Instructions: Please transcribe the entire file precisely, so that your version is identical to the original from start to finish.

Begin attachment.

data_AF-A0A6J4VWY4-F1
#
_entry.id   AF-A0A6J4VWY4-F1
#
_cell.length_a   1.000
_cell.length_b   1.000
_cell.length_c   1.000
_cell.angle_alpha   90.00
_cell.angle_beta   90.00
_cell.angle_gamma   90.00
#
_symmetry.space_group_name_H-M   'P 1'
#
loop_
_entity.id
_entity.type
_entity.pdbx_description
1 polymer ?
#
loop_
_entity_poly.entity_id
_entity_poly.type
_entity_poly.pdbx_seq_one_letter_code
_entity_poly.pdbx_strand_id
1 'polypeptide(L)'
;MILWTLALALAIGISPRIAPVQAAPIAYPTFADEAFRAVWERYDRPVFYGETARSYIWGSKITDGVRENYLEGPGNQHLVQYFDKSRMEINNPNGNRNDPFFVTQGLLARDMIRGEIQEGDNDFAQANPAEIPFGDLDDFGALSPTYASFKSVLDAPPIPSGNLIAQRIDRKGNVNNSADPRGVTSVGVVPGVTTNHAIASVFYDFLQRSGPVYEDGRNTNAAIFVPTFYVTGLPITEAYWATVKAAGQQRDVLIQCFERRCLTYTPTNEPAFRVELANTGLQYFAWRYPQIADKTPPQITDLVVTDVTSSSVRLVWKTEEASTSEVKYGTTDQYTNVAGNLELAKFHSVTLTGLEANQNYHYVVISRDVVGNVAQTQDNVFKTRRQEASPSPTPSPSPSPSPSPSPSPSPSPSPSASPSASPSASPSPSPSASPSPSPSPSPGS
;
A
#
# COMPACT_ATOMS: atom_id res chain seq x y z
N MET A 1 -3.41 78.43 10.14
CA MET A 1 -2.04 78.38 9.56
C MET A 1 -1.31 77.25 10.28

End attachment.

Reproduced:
data_AF-A0A6J4VWY4-F1
#
_entry.id   AF-A0A6J4VWY4-F1
#
_cell.length_a   1.000
_cell.length_b   1.000
_cell.length_c   1.000
_cell.angle_alpha   90.00
_cell.angle_beta   90.00
_cell.angle_gamma   90.00
#
_symmetry.space_group_name_H-M   'P 1'
#
loop_
_entity.id
_entity.type
_entity.pdbx_description
1 polymer ?
#
loop_
_entity_poly.entity_id
_entity_poly.type
_entity_poly.pdbx_seq_one_letter_code
_entity_poly.pdbx_strand_id
1 'polypeptide(L)'
;MILWTLALALAIGISPRIAPVQAAPIAYPTFADEAFRAVWERYDRPVFYGETARSYIWGSKITDGVRENYLEGPGNQHLVQYFDKSRMEINNPNGNRNDPFFVTQGLLARDMIRGEIQEGDNDFAQANPAEIPFGDLDDFGALSPTYASFKSVLDAPPIPSGNLIAQRIDRKGNVNNSADPRGVTSVGVVPGVTTNHAIASVFYDFLQRSGPVYEDGRNTNAAIFVPTFYVTGLPITEAYWATVKAAGQQRDVLIQCFERRCLTYTPTNEPAFRVELANTGLQYFAWRYPQIADKTPPQITDLVVTDVTSSSVRLVWKTEEASTSEVKYGTTDQYTNVAGNLELAKFHSVTLTGLEANQNYHYVVISRDVVGNVAQTQDNVFKTRRQEASPSPTPSPSPSPSPSPSPSPSPSPSPSASPSASPSASPSPSPSASPSPSPSPSPGS
;
A
#
# COMPACT_ATOMS: atom_id res chain seq x y z
N MET A 1 -3.41 78.43 10.14
CA MET A 1 -2.04 78.38 9.56
C MET A 1 -1.31 77.25 10.28